Republicans looking to spend as little as possible to provide pandemic relief to America’s citizens are raising a stink over what they see as the Biden administration’s failure to bow to their parsimonious wishes while putting together the legislation authorizing an economic package to help those suffering from the financial effects of the COVID outbreak.
After a group of 10 Republican senators met with President Biden in the Oval Office at the beginning of the month, proferring a plan proposing radically reduced spending on his signature pandemic relief initiative, some of those GOP senators involved are now complaining that the White House has subsequently dropped the ball on further negotiations.
According to Senator Susan Collins (R-ME) — the de facto leader of the moderate Republicans who sought the meeting — talks with the Biden Administration have “stalled,” congressional correspondents are reporting.
Forbes Magazine is reporting that Collins considers Biden as “doing a ‘good job at outreach,’ as are Senate Majority Leader Chuck Schumer, who she accused of having ‘countermanded’ talks, and White House chief of staff Ron Klain, who she said was ‘shaking his head in the back of the room’ during the meeting.”
Senator Collins’ major objection to the bill is its $1.9 trillion price tag, which apparently wasn’t a consideration when she voted to approve a GOP-sponsored tax cut of an equal amount in the first year of Donald Trump’s disastrous presidency, but that she now considers a “major obstacle.”
Another moderate Republican senator, Mitt Romney (R-UT) faulted the “very little effort on the part of the White House” to negotiate with his party, saying that the administration has failed to even schedule a follow-up meeting after their first lobbying effort.
Senator Romney’s greatest problem with the pandemic relief bill being proposed by the Biden administration is the $350 billion in the bill for aid to state and local governments, who have seen their tax revenues collapse during the pandemic and need help to continue to provide services such as police and fire protection.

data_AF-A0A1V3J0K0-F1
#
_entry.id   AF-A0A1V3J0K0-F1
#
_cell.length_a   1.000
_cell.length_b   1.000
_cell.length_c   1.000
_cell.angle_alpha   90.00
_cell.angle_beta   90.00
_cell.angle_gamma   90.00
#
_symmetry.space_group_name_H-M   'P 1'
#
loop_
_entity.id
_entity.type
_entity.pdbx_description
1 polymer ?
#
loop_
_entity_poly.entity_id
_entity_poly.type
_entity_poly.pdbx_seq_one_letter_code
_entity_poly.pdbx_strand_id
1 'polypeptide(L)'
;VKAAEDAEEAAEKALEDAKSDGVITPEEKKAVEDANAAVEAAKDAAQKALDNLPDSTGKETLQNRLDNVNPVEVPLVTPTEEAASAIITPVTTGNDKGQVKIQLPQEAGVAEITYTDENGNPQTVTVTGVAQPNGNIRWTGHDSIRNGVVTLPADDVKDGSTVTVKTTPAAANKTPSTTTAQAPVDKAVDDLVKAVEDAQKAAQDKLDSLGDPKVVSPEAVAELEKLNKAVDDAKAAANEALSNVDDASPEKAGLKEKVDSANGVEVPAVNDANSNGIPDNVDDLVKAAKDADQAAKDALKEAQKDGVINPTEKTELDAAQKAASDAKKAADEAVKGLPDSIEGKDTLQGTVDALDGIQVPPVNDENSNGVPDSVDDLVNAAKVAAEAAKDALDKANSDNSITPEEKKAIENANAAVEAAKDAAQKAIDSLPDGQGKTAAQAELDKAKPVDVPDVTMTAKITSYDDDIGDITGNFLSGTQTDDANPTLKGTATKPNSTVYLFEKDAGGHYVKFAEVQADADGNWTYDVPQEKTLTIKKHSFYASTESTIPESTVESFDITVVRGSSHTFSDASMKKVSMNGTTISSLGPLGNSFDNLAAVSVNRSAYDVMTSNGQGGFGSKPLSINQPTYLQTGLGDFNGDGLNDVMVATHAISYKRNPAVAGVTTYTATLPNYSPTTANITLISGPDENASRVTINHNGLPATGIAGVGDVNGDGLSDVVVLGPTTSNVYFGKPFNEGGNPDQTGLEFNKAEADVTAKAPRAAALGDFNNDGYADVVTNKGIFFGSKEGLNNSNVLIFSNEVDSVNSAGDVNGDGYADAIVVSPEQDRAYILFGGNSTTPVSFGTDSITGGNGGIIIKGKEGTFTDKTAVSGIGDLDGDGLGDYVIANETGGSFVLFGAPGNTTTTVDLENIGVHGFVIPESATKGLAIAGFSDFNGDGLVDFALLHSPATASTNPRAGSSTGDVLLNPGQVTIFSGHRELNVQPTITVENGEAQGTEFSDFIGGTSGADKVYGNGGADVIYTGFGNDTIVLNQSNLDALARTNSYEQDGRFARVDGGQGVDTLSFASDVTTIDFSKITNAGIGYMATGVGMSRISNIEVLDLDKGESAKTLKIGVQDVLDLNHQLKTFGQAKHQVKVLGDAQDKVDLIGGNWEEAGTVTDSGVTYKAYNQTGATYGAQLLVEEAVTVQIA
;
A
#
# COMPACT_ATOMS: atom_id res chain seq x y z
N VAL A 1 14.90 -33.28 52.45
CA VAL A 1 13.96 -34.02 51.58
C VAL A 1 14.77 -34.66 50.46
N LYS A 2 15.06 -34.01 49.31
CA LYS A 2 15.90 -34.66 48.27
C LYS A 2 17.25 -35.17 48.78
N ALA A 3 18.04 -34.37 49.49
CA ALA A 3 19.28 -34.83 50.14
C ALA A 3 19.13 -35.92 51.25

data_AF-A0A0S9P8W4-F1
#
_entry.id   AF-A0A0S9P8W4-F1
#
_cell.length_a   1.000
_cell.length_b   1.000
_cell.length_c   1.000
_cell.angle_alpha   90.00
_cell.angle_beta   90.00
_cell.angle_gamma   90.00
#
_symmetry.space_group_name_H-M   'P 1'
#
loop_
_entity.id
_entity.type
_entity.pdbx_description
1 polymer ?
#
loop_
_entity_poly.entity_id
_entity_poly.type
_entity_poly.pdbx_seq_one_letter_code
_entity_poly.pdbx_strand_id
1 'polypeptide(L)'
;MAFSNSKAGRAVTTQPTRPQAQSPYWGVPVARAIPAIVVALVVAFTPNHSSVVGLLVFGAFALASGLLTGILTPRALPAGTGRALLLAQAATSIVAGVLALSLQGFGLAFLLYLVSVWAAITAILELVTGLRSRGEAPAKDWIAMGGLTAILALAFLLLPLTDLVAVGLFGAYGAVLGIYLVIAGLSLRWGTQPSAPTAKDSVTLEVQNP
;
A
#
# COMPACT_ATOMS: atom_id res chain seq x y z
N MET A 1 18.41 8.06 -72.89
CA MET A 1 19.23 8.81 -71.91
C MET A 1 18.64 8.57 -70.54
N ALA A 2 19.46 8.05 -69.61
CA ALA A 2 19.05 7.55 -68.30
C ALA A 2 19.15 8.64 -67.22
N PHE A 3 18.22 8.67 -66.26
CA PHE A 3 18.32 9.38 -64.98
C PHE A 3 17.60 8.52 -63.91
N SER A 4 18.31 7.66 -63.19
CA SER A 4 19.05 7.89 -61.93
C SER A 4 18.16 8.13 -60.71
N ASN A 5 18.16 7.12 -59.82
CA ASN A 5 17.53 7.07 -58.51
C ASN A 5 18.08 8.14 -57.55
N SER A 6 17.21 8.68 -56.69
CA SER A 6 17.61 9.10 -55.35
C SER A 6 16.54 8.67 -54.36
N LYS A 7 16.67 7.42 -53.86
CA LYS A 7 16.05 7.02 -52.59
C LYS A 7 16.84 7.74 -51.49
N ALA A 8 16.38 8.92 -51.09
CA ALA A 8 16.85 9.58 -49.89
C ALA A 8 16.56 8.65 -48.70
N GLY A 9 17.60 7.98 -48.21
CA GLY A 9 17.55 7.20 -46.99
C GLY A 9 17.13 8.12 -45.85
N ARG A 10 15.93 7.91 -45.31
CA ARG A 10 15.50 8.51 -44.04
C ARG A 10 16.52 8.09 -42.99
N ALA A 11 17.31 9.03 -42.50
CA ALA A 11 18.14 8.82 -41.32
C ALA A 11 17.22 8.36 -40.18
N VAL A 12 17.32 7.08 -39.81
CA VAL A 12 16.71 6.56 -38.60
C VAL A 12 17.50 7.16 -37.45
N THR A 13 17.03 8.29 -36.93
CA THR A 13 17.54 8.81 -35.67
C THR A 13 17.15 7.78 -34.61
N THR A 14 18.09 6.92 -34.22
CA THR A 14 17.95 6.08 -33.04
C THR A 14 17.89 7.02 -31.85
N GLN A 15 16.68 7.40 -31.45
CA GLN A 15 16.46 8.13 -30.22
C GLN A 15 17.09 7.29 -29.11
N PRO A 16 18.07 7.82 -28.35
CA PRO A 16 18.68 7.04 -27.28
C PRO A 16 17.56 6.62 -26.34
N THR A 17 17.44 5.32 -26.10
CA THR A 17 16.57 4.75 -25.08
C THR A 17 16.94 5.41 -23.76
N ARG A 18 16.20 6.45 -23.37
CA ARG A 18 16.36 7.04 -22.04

It’s so strangely hypocritical of Republicans to accuse Democrats of pursuing a radical agenda to “defund the police” when it is their own opposition to providing aid to local governments that poses the biggest danger to police budgets currently in existence.
Romney defended his opposition to rescuing state and local governments by citing statistics that indicate that some states are actually running budget surpluses and shouldn’t be given any additional funds. He argues that it would be a “great loss for the American people” if Republicans were denied input on such issues.
The Senate GOP Whip, Senator John Thune (R-SD), doubted that the pandemic relief bill would attack many Republican votes as currently drafted and lamented that their party’s input was being ignored in favor of the majority of Americans’ favorable opinion of the Biden administration’s efforts.
“I’ve got all these members who wanted to have some voice in it and sit down with their side and work out something they could work out with bipartisan support,” Sen. Thune said, adding that the sense of being unconsulted “makes it hard for any of our members, even those that might be inclined to do so, to vote for it. To vote for anything.”
It is somehow satisfying to see these Republicans squirming when they are faced with the exact same tactics that they used to push through their tax cut giveaway to America’s billionaires without a single Democratic vote using the same budget reconciliation procedure that will likely allow Democrats to pass the pandemic relief bill without their dilutional influence.
With the House likely to pass the bill by later this week, Senate Majority Leader Chuck Schumer (D-NY) is confident that it will pass the Senate and be on President Biden’s desk in time to be signed before the unemployment benefits from the last bill expire on March 14th…whether Republicans like it or not.
Original reporting by Andrew Solender at Forbes.
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Vinnie Longobardo is a 35-year veteran of the TV, mobile & internet industries, specializing in start-ups and the international media business. His passions are politics, music and art.